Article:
Cuttin’ and Guttin’

Today was a little cooler and less humid, so I decided to start roasting and pureeing some pumpkin. One of the first pumpkins I harvested was starting to go bad in one spot, so I decided to see what I could get out of that one.

I followed The Pioneer Woman’s post on the process. First. I cut the top off the pumpkin. Then, I sliced it in half and scooped out the guts and seeds (and saved the seeds). The rind was pretty tough, and the cutting took some time and upper-arm strength. Once the guts were out, I put the two halves on a baking sheet and baked them for about an hour at 350 degrees. Once baked, the flesh separated from the skin fairly easily, although I still had to use a knife (perhaps because the halves sat out for a while because I got distracted).

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Then it was time to puree the flesh. I really need to get a food processor, because a blender just does not do as good a job. But eventually it was all ready. I got about 1.5 cups out of this pumpkin. I probably could have gotten more, but I really didn’t want to go anywhere near that messed-up spot. Also, I just got tired of trying to get the skin off. Also, I didn’t really want too much from this pumpkin because it was kind of weird looking. I have two plants that are producing cute little sugar pumpkins (see pic below) and two that are producing these elongated, squash-looking specimens, even though I thought they were sugar pumpkin seeds. It probably won’t matter in the end, taste-wise, but…

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I separated the puree into half-cup portions, and into the freezer it went. I think I will do this with all the pumpkins that have already been picked. The ones that are still on the vine, I will try to save for Halloween by curing them.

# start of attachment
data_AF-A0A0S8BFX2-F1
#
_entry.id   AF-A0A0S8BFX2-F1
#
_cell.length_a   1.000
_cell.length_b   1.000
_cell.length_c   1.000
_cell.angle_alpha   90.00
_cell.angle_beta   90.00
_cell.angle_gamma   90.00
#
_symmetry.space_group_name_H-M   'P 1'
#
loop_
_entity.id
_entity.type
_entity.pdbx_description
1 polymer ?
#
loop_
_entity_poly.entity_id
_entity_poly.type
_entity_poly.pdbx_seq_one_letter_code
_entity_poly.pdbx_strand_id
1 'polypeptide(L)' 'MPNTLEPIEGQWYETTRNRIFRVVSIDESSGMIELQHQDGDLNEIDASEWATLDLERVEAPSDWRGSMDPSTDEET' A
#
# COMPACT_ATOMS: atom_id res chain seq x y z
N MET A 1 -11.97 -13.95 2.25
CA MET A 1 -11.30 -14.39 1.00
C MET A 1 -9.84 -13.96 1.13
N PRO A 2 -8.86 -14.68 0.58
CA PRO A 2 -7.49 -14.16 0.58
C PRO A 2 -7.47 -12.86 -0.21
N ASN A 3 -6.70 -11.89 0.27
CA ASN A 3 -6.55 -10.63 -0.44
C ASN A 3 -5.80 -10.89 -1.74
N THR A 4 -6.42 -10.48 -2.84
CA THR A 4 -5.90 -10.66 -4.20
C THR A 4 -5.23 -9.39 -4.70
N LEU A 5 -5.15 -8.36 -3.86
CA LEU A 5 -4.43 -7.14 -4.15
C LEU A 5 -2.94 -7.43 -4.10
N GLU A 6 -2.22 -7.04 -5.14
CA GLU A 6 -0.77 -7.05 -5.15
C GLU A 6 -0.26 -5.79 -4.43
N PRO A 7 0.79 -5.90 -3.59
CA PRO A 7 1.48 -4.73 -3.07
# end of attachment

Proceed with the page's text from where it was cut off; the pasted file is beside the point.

Note the pumpkin seeds

Note the pumpkin seeds

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I can’t wait to try roasting the seeds. I had saved a bunch from an earlier pumpkin, but my younger son decided he needed the plastic bag they were in, so I found them dumped in the sink. My husband loves sunflower seeds and pumpkin seeds. Unfortunately, some animal chomped the heads off my sunflower before I could do anything with them.

Some animal also took a bite out of one of my tomatoes.

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But I blanched, skinned, and froze the other two.

This was my harvest last night:

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That skimpy carrot had started going to seed on top, it seemed, although I thought carrots did not do that until the second year…? And once that happens, the plant siphons off the root to grow the seeds, so I guess that’s why that carrot is skimpy. I probably should just pick all the carrots, but I don’t want them to get wasted.

And the corn. Oh, the sad ear of corn.

Looks good...

Looks good…

... not so much.

… not so much.

This was from the first corn planting, when I just did two corn plants mixed in with the pumpkins. I’m hoping the ears from the corn-only bed (16 plants) are better.

Here is a picture of the pink corn silk I talked about before. It’s all dried up now, but it was so pretty.

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Well, the imperfect results and the guts and the skins… into the compost they go, to be reincarnated.

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